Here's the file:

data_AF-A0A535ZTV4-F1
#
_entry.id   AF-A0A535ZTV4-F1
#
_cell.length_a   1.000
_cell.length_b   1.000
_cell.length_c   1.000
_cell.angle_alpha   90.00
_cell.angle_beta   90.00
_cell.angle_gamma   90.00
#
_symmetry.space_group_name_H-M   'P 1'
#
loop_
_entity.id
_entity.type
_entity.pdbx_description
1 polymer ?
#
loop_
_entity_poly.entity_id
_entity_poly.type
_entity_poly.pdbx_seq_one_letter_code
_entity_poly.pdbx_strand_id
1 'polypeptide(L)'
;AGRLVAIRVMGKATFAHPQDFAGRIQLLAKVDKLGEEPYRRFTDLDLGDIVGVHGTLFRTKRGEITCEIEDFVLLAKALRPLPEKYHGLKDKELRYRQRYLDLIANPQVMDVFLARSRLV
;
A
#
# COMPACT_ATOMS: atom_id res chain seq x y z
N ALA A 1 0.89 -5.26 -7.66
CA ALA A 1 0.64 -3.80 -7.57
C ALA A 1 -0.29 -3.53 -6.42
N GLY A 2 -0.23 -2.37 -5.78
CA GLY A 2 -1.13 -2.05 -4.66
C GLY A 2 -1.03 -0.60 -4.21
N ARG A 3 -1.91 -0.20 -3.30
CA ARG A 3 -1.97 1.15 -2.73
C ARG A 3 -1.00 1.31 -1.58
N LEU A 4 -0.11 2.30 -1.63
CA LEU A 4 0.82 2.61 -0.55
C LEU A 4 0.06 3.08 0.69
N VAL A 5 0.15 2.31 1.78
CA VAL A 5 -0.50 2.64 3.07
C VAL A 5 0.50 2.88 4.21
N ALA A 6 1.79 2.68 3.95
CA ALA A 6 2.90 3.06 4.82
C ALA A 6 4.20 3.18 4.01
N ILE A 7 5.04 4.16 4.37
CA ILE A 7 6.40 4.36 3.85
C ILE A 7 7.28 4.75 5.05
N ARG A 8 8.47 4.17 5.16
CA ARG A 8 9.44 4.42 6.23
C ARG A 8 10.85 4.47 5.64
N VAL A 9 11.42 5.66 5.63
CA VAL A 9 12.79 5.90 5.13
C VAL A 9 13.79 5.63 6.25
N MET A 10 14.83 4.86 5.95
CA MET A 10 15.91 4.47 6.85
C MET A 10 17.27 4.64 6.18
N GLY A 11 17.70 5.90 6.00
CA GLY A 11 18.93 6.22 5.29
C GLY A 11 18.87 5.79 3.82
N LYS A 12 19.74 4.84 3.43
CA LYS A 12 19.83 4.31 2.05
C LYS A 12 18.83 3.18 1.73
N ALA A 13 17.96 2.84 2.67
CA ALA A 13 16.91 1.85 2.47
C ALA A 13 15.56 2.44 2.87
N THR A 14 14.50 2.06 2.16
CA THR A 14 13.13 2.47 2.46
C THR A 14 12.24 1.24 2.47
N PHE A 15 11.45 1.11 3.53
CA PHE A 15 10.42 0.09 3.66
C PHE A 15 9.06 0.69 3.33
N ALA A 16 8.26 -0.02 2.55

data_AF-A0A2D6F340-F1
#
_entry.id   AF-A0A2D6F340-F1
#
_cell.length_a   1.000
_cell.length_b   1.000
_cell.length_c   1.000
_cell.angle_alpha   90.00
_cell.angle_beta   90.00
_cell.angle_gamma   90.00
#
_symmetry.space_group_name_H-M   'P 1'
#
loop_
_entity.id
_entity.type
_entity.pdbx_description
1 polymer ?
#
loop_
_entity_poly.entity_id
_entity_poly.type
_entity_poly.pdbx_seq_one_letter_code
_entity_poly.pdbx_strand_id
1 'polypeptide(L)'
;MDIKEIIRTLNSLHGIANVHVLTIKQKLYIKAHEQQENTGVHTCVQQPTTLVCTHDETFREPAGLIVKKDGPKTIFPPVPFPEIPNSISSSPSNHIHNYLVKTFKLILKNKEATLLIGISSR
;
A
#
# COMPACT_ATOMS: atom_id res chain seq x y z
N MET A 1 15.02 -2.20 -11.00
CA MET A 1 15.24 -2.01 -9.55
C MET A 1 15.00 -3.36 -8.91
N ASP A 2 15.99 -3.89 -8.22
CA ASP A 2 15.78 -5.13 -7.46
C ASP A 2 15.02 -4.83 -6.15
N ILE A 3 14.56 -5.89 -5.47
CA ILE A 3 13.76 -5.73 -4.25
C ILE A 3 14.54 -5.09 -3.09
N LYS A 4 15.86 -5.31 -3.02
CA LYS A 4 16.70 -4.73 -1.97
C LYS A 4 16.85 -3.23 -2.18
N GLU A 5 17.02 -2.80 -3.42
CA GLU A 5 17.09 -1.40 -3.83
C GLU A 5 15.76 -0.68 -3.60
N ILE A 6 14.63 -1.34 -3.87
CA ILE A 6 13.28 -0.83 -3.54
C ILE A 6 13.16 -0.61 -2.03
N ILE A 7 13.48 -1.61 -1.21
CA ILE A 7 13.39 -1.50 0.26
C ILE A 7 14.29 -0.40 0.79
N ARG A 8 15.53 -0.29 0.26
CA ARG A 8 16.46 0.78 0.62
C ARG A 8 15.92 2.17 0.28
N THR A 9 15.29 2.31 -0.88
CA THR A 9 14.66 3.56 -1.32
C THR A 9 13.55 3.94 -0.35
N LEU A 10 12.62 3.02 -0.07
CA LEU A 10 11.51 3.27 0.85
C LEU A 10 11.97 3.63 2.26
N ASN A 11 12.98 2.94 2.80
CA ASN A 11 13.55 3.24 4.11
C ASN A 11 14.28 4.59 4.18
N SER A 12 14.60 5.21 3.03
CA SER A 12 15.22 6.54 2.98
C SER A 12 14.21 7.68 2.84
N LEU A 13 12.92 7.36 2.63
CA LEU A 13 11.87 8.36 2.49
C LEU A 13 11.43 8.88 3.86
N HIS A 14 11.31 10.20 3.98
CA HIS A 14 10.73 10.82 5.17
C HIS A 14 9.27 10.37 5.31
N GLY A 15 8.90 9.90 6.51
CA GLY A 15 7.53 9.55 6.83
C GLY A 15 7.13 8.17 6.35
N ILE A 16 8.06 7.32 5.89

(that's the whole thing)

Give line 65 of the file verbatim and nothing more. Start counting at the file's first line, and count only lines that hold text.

CA LYS A 12 19.83 4.31 2.05